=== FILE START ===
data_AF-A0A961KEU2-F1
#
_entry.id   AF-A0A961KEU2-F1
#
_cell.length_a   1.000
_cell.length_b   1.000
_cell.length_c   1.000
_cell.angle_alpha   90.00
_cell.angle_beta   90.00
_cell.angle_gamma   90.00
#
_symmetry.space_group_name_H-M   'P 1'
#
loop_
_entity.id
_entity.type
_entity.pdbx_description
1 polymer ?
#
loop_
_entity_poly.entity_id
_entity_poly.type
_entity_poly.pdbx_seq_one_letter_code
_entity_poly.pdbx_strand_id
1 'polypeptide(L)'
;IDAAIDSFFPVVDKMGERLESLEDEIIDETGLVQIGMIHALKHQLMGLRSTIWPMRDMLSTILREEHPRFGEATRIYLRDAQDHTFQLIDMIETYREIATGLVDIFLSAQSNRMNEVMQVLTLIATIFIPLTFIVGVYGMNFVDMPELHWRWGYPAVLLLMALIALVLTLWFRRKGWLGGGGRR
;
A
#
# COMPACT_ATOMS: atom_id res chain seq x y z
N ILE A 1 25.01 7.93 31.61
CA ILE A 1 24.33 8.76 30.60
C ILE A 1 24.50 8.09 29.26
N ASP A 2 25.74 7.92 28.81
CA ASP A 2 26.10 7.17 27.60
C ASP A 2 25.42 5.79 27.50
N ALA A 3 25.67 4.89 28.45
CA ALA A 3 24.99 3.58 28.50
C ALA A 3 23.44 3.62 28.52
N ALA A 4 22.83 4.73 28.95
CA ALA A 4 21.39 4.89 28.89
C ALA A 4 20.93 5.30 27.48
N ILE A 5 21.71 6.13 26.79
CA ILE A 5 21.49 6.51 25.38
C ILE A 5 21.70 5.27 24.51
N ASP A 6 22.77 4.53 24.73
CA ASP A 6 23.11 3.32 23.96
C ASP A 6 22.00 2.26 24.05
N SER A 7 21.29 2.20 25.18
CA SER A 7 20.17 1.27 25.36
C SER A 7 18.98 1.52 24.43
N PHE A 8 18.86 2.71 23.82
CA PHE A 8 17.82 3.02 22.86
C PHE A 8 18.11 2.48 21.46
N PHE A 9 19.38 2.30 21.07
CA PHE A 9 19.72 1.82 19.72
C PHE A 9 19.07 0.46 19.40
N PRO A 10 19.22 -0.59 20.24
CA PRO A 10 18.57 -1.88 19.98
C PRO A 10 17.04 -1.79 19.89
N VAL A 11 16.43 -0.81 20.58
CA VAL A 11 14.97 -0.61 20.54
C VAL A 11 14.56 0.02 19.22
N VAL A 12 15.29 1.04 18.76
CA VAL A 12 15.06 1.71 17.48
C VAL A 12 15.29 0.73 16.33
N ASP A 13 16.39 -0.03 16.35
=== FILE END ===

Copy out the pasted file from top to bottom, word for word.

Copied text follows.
data_AF-A0A961KEU2-F1
#
_entry.id   AF-A0A961KEU2-F1
#
_cell.length_a   1.000
_cell.length_b   1.000
_cell.length_c   1.000
_cell.angle_alpha   90.00
_cell.angle_beta   90.00
_cell.angle_gamma   90.00
#
_symmetry.space_group_name_H-M   'P 1'
#
loop_
_entity.id
_entity.type
_entity.pdbx_description
1 polymer ?
#
loop_
_entity_poly.entity_id
_entity_poly.type
_entity_poly.pdbx_seq_one_letter_code
_entity_poly.pdbx_strand_id
1 'polypeptide(L)'
;IDAAIDSFFPVVDKMGERLESLEDEIIDETGLVQIGMIHALKHQLMGLRSTIWPMRDMLSTILREEHPRFGEATRIYLRDAQDHTFQLIDMIETYREIATGLVDIFLSAQSNRMNEVMQVLTLIATIFIPLTFIVGVYGMNFVDMPELHWRWGYPAVLLLMALIALVLTLWFRRKGWLGGGGRR
;
A
#
# COMPACT_ATOMS: atom_id res chain seq x y z
N ILE A 1 25.01 7.93 31.61
CA ILE A 1 24.33 8.76 30.60
C ILE A 1 24.50 8.09 29.26
N ASP A 2 25.74 7.92 28.81
CA ASP A 2 26.10 7.17 27.60
C ASP A 2 25.42 5.79 27.50
N ALA A 3 25.67 4.89 28.45
CA ALA A 3 24.99 3.58 28.50
C ALA A 3 23.44 3.62 28.52
N ALA A 4 22.83 4.73 28.95
CA ALA A 4 21.39 4.89 28.89
C ALA A 4 20.93 5.30 27.48
N ILE A 5 21.71 6.13 26.79
CA ILE A 5 21.49 6.51 25.38
C ILE A 5 21.70 5.27 24.51
N ASP A 6 22.77 4.53 24.73
CA ASP A 6 23.11 3.32 23.96
C ASP A 6 22.00 2.26 24.05
N SER A 7 21.29 2.20 25.18
CA SER A 7 20.17 1.27 25.36
C SER A 7 18.98 1.52 24.43
N PHE A 8 18.86 2.71 23.82
CA PHE A 8 17.82 3.02 22.86
C PHE A 8 18.11 2.48 21.46
N PHE A 9 19.38 2.30 21.07
CA PHE A 9 19.72 1.82 19.72
C PHE A 9 19.07 0.46 19.40
N PRO A 10 19.22 -0.59 20.24
CA PRO A 10 18.57 -1.88 19.98
C PRO A 10 17.04 -1.79 19.89
N VAL A 11 16.43 -0.81 20.58
CA VAL A 11 14.97 -0.61 20.54
C VAL A 11 14.56 0.02 19.22
N VAL A 12 15.29 1.04 18.76
CA VAL A 12 15.06 1.71 17.48
C VAL A 12 15.29 0.73 16.33
N ASP A 13 16.39 -0.03 16.35